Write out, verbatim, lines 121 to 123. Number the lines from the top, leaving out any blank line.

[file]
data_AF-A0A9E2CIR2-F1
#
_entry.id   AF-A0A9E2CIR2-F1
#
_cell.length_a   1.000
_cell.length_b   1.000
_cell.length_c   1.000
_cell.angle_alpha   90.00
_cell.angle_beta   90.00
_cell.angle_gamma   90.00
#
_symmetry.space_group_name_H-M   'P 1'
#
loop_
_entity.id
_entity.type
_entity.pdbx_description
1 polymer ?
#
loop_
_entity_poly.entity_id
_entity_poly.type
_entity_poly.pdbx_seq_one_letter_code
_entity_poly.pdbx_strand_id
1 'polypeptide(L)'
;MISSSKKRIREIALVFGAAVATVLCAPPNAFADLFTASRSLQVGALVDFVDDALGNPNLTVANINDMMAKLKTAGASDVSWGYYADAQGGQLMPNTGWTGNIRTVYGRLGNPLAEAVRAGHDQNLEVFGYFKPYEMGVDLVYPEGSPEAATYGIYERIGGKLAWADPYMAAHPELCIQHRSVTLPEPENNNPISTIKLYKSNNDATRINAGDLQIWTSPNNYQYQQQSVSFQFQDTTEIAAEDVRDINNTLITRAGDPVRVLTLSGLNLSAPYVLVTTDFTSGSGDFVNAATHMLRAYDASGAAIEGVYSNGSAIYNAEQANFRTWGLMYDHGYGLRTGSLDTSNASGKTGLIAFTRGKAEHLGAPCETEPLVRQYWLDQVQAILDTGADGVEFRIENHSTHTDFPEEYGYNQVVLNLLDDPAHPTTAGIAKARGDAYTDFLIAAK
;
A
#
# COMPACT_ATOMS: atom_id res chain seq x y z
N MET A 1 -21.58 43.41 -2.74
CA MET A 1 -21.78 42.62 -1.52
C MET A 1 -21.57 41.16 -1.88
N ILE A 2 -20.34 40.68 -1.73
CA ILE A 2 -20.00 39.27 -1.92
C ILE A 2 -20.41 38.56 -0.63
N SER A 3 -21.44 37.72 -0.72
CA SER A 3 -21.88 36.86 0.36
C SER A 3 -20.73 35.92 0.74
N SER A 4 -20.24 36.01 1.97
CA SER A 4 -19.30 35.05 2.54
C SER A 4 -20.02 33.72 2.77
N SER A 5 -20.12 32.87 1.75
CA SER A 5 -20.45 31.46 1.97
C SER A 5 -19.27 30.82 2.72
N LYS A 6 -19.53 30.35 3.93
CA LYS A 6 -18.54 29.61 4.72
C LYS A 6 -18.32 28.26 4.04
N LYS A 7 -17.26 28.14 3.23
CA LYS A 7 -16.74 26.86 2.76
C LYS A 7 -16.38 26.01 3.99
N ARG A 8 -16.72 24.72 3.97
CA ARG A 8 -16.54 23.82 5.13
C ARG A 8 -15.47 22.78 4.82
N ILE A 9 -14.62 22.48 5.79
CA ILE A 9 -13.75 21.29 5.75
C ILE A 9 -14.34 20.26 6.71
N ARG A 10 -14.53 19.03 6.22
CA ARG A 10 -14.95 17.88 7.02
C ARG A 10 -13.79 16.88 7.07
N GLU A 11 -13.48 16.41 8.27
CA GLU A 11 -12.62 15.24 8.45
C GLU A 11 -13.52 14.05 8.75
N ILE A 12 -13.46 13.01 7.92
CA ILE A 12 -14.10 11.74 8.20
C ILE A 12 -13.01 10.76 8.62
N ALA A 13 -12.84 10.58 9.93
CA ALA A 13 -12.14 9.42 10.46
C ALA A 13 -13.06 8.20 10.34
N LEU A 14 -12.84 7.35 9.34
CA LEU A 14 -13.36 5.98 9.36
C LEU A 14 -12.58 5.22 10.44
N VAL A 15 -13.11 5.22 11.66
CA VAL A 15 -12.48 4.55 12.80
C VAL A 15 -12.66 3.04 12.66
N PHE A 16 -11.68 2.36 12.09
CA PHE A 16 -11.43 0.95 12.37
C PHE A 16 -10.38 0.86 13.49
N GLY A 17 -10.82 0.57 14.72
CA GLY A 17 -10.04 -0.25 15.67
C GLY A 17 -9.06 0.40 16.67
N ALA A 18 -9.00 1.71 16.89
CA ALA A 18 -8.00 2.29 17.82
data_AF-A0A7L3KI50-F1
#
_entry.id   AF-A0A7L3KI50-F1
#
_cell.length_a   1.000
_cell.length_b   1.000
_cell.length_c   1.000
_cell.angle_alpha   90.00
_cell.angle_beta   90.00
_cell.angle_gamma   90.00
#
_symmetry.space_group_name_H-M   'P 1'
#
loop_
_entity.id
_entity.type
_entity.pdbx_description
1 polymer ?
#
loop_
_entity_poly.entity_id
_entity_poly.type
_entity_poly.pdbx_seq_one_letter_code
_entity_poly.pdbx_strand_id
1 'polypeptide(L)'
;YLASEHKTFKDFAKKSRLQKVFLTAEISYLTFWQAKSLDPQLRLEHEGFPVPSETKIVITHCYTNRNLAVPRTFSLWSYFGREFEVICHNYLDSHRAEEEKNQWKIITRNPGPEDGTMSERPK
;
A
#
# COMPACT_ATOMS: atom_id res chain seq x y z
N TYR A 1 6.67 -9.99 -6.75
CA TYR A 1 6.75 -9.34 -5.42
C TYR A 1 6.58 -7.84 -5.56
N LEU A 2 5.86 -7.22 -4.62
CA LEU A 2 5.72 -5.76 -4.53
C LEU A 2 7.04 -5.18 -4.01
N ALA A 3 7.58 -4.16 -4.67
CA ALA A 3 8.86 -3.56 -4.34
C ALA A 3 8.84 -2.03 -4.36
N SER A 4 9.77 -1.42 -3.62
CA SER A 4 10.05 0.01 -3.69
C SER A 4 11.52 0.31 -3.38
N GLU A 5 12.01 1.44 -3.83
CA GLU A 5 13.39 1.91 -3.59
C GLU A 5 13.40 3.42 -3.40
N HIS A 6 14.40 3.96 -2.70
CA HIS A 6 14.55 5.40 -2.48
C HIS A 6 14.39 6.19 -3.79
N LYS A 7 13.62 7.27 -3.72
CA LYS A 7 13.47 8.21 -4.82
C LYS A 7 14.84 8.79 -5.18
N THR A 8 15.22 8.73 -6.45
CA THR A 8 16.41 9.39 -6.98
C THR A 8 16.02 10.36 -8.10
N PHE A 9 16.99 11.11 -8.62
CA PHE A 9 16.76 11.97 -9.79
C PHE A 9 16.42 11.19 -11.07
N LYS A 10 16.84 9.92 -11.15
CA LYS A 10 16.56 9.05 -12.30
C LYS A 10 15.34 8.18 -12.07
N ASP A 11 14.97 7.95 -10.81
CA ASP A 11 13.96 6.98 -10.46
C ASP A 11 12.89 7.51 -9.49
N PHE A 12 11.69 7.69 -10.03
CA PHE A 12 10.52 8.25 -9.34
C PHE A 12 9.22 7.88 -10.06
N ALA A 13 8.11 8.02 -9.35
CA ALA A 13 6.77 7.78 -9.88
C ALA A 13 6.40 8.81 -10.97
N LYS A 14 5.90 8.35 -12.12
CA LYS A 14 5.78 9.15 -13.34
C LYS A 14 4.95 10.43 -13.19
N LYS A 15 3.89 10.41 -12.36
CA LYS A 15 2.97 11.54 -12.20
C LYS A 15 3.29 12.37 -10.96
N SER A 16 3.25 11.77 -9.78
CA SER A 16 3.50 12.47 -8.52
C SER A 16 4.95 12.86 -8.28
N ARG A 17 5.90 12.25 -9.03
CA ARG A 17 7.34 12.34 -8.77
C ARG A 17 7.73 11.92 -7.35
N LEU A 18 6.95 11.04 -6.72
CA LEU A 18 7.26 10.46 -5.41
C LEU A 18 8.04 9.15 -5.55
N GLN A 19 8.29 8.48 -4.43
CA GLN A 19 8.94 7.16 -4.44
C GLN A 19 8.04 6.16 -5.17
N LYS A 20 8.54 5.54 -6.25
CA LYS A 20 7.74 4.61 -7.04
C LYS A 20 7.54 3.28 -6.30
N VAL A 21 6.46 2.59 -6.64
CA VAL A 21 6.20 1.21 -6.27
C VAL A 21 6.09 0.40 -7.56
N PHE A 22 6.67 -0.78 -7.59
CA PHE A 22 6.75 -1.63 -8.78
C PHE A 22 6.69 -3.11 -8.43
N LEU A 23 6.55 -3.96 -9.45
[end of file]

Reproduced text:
CA ALA A 3 8.86 -3.56 -4.34
C ALA A 3 8.84 -2.03 -4.36
N SER A 4 9.77 -1.42 -3.62